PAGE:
Nelson Mandela was born July 18, 1918. Surely he is one of the most renowned people of the 20th and 21st centuries. In honor of what would have been his 100th birthday, I have three movies to recommend.
Mandela died in 2013, just around the time when a movie based on his autobiography premiered. Mandela: Long Walk to Freedom contrasts how similar suffering led to different trajectories for Nelson Mandela and his wife, Winnie. For him, apartheid and imprisonment led to a heart for truth, justice, and reconciliation. For her, these conditions propelled her on an opposite path. This is instructive — and an important warning — during an era when oppression and injustice are so pervasive in our society.
The past few years, I’ve explored the topic of apartheid in South Africa and the role that peace-making played there in the 1990s. I’ve looked at how Nelson Mandela in particular sought to reduce enmity between the races, and to forge a sense of one nation out of what had been a horrific race-based split. Among the many documentaries and dramatizations I’ve watched about apartheid are Invictus, including all the related special feature interviews, about how the 1995 Rugby World Cup became a symbolic center for uniting the nation, and a related documentary, Reconciliation: Mandela’s Miracle.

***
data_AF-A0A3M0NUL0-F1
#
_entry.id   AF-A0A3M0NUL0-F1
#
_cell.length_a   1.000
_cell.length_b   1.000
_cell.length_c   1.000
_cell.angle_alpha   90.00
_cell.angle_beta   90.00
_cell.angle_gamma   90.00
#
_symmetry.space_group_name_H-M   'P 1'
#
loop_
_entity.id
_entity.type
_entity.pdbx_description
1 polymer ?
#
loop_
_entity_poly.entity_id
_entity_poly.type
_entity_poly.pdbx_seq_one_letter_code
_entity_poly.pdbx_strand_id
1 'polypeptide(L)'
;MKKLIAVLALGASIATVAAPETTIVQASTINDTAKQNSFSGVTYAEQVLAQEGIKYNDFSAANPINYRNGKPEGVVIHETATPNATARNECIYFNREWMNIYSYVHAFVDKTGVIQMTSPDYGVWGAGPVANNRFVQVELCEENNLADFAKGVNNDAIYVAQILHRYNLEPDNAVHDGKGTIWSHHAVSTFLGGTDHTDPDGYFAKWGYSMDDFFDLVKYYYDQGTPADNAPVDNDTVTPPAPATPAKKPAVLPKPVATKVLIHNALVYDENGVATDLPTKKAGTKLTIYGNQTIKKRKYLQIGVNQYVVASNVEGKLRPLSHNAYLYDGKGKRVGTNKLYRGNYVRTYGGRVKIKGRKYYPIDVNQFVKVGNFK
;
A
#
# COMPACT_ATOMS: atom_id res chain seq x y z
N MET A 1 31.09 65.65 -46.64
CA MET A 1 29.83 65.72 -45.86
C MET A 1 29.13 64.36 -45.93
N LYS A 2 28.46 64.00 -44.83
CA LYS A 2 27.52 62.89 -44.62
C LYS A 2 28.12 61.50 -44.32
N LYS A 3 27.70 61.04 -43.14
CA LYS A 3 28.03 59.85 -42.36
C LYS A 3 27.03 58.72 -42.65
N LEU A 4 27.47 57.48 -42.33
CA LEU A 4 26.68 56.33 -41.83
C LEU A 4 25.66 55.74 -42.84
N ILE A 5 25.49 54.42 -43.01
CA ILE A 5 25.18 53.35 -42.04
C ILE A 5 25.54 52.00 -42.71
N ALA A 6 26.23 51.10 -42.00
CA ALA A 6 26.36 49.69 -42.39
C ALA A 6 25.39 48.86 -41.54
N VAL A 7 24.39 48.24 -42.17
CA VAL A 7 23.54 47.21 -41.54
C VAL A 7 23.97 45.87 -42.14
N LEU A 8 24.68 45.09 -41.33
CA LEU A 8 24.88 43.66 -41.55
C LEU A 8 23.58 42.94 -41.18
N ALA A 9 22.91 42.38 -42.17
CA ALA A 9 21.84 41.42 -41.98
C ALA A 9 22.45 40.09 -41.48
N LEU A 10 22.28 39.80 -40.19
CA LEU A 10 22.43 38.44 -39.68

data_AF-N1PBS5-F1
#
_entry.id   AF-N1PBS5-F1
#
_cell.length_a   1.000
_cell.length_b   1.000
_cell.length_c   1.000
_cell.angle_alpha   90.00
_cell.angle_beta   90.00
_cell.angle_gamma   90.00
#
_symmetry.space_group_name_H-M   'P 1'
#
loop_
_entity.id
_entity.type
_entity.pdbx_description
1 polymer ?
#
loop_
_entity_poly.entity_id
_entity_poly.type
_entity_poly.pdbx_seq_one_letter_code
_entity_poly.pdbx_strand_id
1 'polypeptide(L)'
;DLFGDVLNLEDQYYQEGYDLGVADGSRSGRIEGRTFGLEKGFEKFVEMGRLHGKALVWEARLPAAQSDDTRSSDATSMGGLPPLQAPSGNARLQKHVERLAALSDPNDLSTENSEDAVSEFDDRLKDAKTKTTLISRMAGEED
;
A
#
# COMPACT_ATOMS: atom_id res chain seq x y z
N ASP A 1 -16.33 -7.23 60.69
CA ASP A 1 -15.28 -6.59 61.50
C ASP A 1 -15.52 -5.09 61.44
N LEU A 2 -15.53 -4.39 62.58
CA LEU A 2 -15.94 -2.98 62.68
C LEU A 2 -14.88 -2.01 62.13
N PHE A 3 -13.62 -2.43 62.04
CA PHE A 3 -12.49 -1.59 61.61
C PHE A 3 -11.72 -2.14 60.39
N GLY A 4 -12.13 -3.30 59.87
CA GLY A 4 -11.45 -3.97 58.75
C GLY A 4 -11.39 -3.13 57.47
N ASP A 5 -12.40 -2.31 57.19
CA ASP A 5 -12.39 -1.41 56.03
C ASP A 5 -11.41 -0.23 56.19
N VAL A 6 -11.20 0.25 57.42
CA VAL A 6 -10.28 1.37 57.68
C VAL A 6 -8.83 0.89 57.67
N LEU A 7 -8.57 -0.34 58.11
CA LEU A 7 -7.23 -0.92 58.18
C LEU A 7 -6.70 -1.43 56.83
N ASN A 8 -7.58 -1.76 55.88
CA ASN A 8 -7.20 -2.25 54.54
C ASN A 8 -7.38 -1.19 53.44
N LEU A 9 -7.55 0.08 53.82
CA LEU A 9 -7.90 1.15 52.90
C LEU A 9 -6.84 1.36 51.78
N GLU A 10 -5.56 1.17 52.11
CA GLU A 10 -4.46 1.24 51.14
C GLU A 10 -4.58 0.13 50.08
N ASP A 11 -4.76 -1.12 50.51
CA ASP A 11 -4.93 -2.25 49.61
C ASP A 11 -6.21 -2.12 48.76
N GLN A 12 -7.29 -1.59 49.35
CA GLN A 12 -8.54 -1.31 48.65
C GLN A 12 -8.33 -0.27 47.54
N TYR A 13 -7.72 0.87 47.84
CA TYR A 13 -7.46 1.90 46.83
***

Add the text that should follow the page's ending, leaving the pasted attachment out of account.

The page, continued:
In these movies, I see deep lessons on both humility and having a conciliatory spirit, and how these two complementary attitudes can fuel peace-making efforts that embody “compassion, restraint, and generosity.” Those three qualities were absent under apartheid, according to a speech Mandela gives to his fellow black and colored South Africans in Invictus. And now, as their newly elected president, he hopes these qualities will be exhibited by the black and colored majority toward the white minority.
These are movies for our times, whether we are survivors of injustice, leaders in social enterprises or ministries, or everyday people who want to make a difference.